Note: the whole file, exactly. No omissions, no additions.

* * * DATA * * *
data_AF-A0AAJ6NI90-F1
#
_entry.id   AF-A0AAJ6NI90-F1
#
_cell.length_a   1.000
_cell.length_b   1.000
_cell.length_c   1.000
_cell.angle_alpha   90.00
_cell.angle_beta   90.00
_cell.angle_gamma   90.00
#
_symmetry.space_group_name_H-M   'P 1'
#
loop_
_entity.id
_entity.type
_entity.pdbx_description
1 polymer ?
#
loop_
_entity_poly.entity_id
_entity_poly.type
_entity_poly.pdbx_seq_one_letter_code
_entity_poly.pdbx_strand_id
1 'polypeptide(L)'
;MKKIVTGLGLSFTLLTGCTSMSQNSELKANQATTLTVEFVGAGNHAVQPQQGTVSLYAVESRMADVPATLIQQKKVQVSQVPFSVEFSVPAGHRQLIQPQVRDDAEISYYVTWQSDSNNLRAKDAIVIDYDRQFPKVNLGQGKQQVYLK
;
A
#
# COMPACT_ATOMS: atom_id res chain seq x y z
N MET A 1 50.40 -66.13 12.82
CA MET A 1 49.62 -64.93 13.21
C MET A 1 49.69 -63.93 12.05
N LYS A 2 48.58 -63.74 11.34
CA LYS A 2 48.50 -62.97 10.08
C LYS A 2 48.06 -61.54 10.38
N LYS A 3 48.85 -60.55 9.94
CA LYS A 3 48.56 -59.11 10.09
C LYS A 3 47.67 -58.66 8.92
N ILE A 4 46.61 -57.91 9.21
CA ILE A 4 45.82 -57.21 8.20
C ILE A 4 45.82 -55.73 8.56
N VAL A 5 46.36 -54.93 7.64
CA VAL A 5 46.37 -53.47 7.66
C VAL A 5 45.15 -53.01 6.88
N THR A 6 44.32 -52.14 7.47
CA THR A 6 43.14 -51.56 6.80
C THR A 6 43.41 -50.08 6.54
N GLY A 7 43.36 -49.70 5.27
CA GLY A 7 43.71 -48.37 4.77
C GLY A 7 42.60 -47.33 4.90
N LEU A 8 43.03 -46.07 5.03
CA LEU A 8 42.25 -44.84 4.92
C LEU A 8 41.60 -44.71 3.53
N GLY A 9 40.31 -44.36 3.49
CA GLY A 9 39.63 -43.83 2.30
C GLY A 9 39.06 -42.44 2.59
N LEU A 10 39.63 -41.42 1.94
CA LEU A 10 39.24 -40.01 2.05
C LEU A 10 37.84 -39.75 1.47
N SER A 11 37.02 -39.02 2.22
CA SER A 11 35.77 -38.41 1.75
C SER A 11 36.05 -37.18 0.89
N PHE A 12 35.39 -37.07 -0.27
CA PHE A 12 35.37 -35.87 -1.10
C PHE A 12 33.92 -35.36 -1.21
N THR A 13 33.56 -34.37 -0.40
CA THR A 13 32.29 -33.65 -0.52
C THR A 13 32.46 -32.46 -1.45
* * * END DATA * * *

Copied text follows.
data_AF-A0AAJ6NI90-F1
#
_entry.id   AF-A0AAJ6NI90-F1
#
_cell.length_a   1.000
_cell.length_b   1.000
_cell.length_c   1.000
_cell.angle_alpha   90.00
_cell.angle_beta   90.00
_cell.angle_gamma   90.00
#
_symmetry.space_group_name_H-M   'P 1'
#
loop_
_entity.id
_entity.type
_entity.pdbx_description
1 polymer ?
#
loop_
_entity_poly.entity_id
_entity_poly.type
_entity_poly.pdbx_seq_one_letter_code
_entity_poly.pdbx_strand_id
1 'polypeptide(L)'
;MKKIVTGLGLSFTLLTGCTSMSQNSELKANQATTLTVEFVGAGNHAVQPQQGTVSLYAVESRMADVPATLIQQKKVQVSQVPFSVEFSVPAGHRQLIQPQVRDDAEISYYVTWQSDSNNLRAKDAIVIDYDRQFPKVNLGQGKQQVYLK
;
A
#
# COMPACT_ATOMS: atom_id res chain seq x y z
N MET A 1 50.40 -66.13 12.82
CA MET A 1 49.62 -64.93 13.21
C MET A 1 49.69 -63.93 12.05
N LYS A 2 48.58 -63.74 11.34
CA LYS A 2 48.50 -62.97 10.08
C LYS A 2 48.06 -61.54 10.38
N LYS A 3 48.85 -60.55 9.94
CA LYS A 3 48.56 -59.11 10.09
C LYS A 3 47.67 -58.66 8.92
N ILE A 4 46.61 -57.91 9.21
CA ILE A 4 45.82 -57.21 8.20
C ILE A 4 45.82 -55.73 8.56
N VAL A 5 46.36 -54.93 7.64
CA VAL A 5 46.37 -53.47 7.66
C VAL A 5 45.15 -53.01 6.88
N THR A 6 44.32 -52.14 7.47
CA THR A 6 43.14 -51.56 6.80
C THR A 6 43.41 -50.08 6.54
N GLY A 7 43.36 -49.70 5.27
CA GLY A 7 43.71 -48.37 4.77
C GLY A 7 42.60 -47.33 4.90
N LEU A 8 43.03 -46.07 5.03
CA LEU A 8 42.25 -44.84 4.92
C LEU A 8 41.60 -44.71 3.53
N GLY A 9 40.31 -44.36 3.49
CA GLY A 9 39.63 -43.83 2.30
C GLY A 9 39.06 -42.44 2.59
N LEU A 10 39.63 -41.42 1.94
CA LEU A 10 39.24 -40.01 2.05
C LEU A 10 37.84 -39.75 1.47
N SER A 11 37.02 -39.02 2.22
CA SER A 11 35.77 -38.41 1.75
C SER A 11 36.05 -37.18 0.89
N PHE A 12 35.39 -37.07 -0.27
CA PHE A 12 35.37 -35.87 -1.10
C PHE A 12 33.92 -35.36 -1.21
N THR A 13 33.56 -34.37 -0.40
CA THR A 13 32.29 -33.65 -0.52
C THR A 13 32.46 -32.46 -1.45